Keeping China’s Cold War cold: The case for PATO

As our alliance diplomacy fails in Asia, “Pentagon officials,” no doubt with some prodding from the White House, say that if the Senate confirms Mark Lippert as Ambassador to South Korea, he would redouble U.S. efforts to rebuild a trilateral alliance with Japan and South Korea.

“Trilateral” would be a very good start toward “multilateral,” and I wish the administration success. I don’t know much about Mr. Lippert, but a diplomatic vacuum now could mean war and chaos for us all, while good diplomacy could still restore peace and order in the world’s most economically dynamic region. While you’re thinking about how alarmist that was of me to write, give this Washington Post article a read. Then, try to think about soft, cuddly pandas.

Lippert’s job didn’t get any easier when Xi Jinping presumably strong-armed Park Geun-Hye into saying this:

“The basic stance of the (South Korean) government is that Japan in principle is not allowed to exercise its collective self-defense right within the Korean Theater of Operation, or KTO,” a government source said, requesting anonymity.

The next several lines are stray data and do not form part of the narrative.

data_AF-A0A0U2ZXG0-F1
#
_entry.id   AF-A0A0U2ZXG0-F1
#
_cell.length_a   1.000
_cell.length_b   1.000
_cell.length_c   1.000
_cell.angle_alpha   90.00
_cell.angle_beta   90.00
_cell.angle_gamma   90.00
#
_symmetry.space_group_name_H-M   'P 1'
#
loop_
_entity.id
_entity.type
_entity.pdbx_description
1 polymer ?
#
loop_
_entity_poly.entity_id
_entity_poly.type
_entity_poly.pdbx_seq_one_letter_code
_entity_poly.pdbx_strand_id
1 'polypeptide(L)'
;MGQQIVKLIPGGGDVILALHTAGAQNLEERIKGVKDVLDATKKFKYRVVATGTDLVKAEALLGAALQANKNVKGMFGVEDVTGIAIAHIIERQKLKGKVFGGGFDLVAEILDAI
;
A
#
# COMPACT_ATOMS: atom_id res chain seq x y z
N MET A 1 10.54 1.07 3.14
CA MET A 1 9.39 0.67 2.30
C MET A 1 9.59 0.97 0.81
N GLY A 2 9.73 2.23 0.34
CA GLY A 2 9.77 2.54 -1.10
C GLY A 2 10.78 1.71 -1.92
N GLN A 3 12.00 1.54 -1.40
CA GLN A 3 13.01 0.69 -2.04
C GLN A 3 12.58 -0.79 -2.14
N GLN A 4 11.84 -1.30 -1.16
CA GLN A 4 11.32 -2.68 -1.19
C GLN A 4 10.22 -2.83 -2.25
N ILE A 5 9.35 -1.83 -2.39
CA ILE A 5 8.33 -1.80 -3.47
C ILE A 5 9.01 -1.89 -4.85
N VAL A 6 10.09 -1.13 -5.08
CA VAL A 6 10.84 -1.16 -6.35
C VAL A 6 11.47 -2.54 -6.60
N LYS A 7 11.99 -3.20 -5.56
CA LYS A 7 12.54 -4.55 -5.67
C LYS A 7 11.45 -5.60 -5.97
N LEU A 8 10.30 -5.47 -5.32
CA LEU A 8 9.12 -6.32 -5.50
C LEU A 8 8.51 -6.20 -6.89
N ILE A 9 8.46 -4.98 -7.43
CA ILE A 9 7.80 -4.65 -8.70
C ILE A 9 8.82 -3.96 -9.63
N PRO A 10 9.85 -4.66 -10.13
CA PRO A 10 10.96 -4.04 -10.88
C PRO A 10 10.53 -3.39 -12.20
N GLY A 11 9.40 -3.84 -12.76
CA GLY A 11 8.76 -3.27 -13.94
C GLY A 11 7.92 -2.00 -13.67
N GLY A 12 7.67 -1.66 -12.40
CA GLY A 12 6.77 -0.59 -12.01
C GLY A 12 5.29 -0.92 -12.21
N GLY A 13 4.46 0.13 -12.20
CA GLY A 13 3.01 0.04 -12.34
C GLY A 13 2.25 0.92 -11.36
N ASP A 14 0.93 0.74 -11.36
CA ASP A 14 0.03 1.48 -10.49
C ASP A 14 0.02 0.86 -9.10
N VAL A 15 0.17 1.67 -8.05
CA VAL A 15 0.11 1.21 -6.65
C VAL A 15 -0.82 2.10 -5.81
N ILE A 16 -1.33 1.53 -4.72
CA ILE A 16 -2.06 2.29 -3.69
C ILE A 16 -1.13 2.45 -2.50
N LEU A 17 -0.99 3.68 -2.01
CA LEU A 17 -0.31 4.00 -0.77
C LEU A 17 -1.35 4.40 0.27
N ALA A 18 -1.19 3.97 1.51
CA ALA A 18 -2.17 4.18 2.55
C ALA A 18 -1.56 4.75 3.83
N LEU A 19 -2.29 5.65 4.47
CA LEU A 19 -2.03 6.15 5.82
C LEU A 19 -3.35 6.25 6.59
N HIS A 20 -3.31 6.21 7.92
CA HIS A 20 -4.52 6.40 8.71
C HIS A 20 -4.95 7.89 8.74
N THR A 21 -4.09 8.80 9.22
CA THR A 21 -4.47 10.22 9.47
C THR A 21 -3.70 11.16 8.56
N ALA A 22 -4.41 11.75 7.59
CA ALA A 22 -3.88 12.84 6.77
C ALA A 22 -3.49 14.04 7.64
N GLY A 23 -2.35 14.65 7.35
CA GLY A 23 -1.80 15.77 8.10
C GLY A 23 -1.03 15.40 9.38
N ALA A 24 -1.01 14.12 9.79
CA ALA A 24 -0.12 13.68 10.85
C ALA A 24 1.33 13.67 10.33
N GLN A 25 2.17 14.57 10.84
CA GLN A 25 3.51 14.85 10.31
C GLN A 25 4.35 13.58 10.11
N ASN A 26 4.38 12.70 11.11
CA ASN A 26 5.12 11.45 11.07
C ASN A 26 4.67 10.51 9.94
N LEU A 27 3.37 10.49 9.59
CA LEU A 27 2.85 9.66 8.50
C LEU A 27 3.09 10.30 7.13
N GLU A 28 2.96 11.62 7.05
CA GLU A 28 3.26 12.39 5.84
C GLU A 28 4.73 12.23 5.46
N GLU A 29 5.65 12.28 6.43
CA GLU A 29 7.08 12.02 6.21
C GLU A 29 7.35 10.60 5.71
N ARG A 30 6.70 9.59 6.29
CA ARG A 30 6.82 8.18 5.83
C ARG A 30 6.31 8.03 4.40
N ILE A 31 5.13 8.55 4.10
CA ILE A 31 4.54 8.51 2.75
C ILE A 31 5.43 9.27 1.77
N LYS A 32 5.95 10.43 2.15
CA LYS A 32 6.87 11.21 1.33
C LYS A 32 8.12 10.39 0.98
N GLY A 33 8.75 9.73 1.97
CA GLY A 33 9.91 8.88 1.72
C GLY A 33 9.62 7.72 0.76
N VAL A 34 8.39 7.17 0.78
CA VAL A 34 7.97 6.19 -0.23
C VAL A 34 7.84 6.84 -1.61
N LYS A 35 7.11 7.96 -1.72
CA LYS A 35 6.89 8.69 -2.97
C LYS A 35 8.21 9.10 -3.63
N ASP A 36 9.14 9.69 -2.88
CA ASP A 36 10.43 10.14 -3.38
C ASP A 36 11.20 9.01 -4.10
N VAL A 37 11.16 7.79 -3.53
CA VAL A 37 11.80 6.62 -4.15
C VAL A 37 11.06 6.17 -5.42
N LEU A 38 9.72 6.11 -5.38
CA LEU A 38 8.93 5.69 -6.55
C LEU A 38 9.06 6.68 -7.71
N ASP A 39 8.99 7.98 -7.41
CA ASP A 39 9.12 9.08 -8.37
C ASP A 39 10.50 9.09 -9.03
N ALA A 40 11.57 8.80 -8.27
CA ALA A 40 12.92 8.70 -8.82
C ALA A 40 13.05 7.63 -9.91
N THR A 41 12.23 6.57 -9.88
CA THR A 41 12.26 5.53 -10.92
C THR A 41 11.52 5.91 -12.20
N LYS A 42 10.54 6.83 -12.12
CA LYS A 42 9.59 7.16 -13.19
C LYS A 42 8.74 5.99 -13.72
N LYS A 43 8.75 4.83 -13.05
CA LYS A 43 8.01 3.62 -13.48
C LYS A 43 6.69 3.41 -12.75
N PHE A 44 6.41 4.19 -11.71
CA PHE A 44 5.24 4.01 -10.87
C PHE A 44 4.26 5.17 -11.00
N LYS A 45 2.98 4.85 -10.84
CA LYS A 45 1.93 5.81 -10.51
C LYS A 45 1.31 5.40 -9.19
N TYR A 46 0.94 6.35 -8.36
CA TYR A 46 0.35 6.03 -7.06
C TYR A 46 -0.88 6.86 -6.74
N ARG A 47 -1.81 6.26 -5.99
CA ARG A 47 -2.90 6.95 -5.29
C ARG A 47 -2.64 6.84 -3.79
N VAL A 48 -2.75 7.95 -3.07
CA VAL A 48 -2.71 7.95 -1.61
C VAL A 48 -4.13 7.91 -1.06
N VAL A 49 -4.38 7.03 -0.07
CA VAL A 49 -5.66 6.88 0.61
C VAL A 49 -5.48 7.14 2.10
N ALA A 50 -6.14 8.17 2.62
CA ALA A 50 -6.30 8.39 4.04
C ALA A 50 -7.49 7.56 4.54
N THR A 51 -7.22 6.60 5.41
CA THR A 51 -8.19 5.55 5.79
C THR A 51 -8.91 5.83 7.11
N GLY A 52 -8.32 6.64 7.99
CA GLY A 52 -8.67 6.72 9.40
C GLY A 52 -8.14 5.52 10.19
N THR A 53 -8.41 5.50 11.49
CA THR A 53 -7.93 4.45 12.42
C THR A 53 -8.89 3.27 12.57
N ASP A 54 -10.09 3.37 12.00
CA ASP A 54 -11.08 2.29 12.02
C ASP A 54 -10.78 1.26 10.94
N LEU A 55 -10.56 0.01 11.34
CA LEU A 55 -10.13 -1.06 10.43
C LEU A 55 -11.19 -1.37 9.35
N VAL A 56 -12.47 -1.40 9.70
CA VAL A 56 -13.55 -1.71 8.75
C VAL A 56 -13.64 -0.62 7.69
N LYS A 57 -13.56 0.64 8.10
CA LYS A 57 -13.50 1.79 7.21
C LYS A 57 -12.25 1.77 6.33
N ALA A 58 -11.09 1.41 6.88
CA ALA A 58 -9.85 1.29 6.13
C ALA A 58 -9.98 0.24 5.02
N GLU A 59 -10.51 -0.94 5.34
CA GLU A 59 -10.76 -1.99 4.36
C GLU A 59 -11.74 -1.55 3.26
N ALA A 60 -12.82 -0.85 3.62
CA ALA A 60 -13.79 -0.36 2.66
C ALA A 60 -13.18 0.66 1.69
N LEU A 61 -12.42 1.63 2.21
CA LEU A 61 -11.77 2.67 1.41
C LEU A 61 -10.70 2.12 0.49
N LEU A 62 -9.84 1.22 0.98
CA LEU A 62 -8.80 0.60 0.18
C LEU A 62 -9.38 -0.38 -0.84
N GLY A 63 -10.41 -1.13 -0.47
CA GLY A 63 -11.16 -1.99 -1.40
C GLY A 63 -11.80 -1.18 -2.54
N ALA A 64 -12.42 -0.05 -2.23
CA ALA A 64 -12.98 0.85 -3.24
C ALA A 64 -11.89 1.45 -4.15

Apparently, Park rejects the possibility that Japan might exercise that right while protecting South Korea (among others) from China’s self-declared air defense identification zones or unilateral maritime claims, or to help it stabilize a post-collapse North Korea. Take another look at the map in the Post’s article:

1484_SouthChinaSea

[Washington Post]

It’s clear that China, in deference to the tested principle of “divide-and-rule,” has carefully avoided expanding that zone into the Yellow Sea. For now, China is content with buying the fishing rights (or simply stealing the fish).